Consumer color laser printing was a mature technology when I bought an HP 2500 in 2003. The printer itself was (as I recall) about $500. I paid extra to get an actual paper tray. And when the toner cartridges ran out, replacing them nearly matched the original cost of the printer.
The $175 imaging drum recently expired, and the $400 worth of toner was down to half capacity. To keep the HP going was going to take about $600 to keep going another couple of years. So I started looking for a replacement. I do like color laser printing. And now there are multifunction machines that will print, fax, copy and scan--built around color laser printers. My interest was piqued!
Since I had let four years pass since the 2500 came out, I was ready to be wowwed by the newer, better, and less expensive models that would surely be out there. For a nice multifunction, I'd be willing to part with up to $800.
Strolling through the local big-box office supply stores, I came upon fewer choices than I anticipated. No shortage of multifunctions, but most are built around inkjet printers. A few are built around monochrome laser printers. Just a handful are built around color lasers.
Canon? I own a top-shelf Canon photo inkjet, a Canon digicam, and a Canon digital SLR. I like Canon. They have an ImageClass color laser multifunction. But they decided not to make it Mac-compatible. I might understand that in 1987, but not in 2007.
Hewlett Packard? As mentioned, I have an HP color laser and do like the print quality. When "testing" the copying quality of the multifunctions at Office Depot, the HP 2840 outperformed the competition. Further research at C-net and Amazon revealed some downsides. Most reviewers seemed to hate the machine. The accompanying software was singled out for particular dislike. And the 2840 was born in 2005. HP has let this model wither in a continuing barrage of negative user reviews for two years.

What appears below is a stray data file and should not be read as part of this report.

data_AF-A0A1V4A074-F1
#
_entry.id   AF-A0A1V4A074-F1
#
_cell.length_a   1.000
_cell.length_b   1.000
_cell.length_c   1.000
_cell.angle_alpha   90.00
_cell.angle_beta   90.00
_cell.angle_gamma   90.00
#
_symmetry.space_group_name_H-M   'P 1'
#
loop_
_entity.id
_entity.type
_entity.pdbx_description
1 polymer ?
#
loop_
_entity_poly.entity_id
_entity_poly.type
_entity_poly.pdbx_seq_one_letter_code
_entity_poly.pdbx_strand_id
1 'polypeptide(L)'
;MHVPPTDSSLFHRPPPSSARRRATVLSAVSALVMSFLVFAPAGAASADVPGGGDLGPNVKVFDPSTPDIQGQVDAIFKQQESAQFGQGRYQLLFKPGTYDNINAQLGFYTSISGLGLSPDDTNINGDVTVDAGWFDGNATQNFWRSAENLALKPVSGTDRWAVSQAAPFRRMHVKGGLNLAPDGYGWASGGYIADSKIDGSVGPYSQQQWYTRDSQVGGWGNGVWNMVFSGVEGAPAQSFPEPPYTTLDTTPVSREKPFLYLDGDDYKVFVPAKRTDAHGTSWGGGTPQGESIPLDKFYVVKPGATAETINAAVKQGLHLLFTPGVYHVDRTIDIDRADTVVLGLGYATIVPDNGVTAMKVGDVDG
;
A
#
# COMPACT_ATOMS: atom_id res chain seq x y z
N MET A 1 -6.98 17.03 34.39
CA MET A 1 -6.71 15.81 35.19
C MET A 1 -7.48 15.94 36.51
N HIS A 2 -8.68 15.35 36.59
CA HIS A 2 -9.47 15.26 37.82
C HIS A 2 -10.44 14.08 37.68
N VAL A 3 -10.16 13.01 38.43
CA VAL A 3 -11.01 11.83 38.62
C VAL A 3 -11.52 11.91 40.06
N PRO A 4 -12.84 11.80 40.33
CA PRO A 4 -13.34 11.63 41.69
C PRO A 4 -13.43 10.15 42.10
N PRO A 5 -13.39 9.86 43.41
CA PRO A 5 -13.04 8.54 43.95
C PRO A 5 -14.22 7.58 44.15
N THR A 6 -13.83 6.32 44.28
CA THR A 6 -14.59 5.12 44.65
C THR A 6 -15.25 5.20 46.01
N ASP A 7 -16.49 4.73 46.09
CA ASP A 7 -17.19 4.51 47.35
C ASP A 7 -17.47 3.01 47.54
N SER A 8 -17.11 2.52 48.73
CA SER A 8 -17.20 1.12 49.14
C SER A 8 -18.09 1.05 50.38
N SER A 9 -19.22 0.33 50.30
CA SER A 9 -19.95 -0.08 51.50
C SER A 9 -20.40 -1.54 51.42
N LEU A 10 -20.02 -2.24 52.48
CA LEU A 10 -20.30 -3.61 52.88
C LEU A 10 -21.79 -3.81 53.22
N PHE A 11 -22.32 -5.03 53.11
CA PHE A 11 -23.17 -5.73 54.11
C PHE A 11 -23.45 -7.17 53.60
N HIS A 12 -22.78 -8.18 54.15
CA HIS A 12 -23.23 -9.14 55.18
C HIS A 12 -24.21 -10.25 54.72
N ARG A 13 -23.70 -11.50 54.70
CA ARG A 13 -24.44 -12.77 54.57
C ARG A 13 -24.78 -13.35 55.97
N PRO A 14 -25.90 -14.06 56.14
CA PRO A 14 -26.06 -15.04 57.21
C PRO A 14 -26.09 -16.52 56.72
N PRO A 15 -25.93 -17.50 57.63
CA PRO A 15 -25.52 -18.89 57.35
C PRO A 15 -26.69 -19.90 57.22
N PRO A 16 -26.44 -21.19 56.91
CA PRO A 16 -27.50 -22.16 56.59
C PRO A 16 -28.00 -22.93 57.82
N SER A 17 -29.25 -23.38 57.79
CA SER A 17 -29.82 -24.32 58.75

Brother? The MFC-9440CN gets a lot of love in the online pro and user reviews. It came out just this past summer. The prints seem a bit waxy compared to the HP, but the quality is good. It's Mac-compatible. I was close to a purchase when I looked for the straight-through printing option.
Heavy card stock doesn't bend, so printers that guide paper through a circuitous printing path usually have a straight-through option. You feed the card stock in through a front flip-out tray and it emerges to a flip-out tray in the back.
The Brother has no such option. It can print paper no heavier than 43#. For a $700 printer, that was a deal-killer.
So for now, I'm ponying up for the imaging drum on the HP 2500. I'll be good for 1500 more pages on the toner set. By the time they run out, there may be a product out there I can get excited about. If not, I suppose I'll look for a deal on toner for the HP. That will buy me even more time.